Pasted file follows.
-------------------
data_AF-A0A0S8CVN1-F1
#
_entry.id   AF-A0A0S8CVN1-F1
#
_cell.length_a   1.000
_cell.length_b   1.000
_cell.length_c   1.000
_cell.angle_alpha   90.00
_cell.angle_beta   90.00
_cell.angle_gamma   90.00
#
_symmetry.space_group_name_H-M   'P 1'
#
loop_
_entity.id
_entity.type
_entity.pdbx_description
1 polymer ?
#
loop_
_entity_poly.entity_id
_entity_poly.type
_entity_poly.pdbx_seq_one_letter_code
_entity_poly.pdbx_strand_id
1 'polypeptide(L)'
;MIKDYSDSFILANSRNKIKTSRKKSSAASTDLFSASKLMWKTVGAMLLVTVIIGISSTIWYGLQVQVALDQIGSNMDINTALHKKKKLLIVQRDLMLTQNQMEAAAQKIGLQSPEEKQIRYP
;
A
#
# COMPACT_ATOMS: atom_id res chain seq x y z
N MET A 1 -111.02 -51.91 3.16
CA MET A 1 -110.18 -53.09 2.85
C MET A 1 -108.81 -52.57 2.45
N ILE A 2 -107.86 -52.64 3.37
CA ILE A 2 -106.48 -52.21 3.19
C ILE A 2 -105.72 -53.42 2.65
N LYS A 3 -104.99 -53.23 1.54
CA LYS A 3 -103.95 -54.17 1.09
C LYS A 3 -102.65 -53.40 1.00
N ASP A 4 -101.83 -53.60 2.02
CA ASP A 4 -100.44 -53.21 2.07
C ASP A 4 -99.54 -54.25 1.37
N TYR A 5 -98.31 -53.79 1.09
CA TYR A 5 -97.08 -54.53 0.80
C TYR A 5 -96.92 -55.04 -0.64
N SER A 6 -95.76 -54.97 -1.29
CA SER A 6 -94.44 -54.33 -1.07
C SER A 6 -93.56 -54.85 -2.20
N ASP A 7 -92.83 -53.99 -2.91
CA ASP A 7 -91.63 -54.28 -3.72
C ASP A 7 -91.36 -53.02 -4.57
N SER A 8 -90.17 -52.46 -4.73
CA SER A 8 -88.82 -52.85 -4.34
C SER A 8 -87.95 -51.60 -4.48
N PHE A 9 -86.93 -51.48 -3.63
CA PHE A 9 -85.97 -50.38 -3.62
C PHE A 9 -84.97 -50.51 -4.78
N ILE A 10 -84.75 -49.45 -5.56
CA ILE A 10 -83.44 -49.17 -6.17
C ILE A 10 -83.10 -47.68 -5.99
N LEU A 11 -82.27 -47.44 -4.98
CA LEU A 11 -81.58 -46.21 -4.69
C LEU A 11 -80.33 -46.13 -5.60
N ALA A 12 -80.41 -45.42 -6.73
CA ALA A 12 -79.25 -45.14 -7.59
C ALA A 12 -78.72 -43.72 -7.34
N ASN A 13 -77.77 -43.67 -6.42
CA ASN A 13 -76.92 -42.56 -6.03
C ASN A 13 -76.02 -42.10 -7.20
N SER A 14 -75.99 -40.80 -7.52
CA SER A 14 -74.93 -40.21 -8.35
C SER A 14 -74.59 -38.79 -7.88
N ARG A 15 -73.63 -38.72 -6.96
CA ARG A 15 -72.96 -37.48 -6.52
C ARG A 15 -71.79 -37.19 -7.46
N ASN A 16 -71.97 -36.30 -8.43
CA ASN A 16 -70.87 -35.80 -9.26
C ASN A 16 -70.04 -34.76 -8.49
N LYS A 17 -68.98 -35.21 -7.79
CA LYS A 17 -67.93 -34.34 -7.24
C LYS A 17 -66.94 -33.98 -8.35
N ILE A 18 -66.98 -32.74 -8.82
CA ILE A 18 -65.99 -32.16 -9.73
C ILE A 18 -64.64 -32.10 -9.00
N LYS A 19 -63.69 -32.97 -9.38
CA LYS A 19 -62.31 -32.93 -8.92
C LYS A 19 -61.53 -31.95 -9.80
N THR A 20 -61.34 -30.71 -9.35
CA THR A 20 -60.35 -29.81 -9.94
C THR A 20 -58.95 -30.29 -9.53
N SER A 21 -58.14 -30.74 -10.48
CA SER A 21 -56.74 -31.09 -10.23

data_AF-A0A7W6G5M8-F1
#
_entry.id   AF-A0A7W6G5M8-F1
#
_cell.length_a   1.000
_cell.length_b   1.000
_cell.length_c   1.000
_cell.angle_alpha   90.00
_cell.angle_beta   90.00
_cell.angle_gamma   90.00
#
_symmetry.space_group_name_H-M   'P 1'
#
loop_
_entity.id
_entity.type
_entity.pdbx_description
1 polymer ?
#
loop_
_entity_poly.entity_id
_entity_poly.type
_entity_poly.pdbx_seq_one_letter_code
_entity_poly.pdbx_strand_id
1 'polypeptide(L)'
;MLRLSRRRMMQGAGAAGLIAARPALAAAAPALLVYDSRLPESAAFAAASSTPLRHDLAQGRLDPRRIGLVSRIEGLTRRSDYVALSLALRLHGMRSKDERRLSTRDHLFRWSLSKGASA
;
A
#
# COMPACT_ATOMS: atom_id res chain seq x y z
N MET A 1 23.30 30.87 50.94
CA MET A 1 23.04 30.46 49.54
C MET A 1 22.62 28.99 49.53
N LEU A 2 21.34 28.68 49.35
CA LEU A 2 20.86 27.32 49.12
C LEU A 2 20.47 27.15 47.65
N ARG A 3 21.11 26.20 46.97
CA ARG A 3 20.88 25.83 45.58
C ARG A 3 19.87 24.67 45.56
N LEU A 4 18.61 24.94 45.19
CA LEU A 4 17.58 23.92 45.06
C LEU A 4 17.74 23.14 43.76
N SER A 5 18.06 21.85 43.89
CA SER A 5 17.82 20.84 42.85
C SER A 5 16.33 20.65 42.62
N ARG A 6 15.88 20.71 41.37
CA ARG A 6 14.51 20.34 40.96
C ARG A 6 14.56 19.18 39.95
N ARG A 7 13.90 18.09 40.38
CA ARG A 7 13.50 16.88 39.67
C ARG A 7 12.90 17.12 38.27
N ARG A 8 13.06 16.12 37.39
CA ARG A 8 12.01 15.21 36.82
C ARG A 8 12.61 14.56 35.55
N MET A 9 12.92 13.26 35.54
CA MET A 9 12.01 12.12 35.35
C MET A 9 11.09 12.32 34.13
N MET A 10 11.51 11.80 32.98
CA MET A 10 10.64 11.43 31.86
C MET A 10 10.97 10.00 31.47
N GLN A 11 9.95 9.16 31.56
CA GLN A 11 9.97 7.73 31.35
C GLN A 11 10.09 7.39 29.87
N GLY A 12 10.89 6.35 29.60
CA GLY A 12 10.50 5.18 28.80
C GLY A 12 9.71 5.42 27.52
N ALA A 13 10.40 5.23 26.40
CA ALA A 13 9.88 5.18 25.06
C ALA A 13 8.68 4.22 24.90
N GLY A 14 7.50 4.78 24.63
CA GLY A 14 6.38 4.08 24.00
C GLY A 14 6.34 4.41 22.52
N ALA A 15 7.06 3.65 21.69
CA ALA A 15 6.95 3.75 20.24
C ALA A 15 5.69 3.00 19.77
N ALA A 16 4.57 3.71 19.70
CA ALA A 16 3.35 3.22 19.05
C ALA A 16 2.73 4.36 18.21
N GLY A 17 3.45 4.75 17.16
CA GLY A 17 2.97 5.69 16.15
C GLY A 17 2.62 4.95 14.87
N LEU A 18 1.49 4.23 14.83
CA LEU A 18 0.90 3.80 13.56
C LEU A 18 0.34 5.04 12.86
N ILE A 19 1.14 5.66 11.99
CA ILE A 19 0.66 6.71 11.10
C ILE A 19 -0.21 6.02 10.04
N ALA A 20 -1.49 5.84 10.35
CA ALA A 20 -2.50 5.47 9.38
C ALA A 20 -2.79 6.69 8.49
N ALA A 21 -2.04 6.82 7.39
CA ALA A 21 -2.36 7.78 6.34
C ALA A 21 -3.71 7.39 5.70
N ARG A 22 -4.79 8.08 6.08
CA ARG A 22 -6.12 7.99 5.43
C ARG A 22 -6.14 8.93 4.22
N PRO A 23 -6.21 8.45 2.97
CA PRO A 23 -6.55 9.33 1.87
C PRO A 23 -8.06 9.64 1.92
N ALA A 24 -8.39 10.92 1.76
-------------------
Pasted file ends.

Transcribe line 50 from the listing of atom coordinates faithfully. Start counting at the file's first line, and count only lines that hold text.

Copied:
CA ASP A 7 -91.63 -54.28 -3.72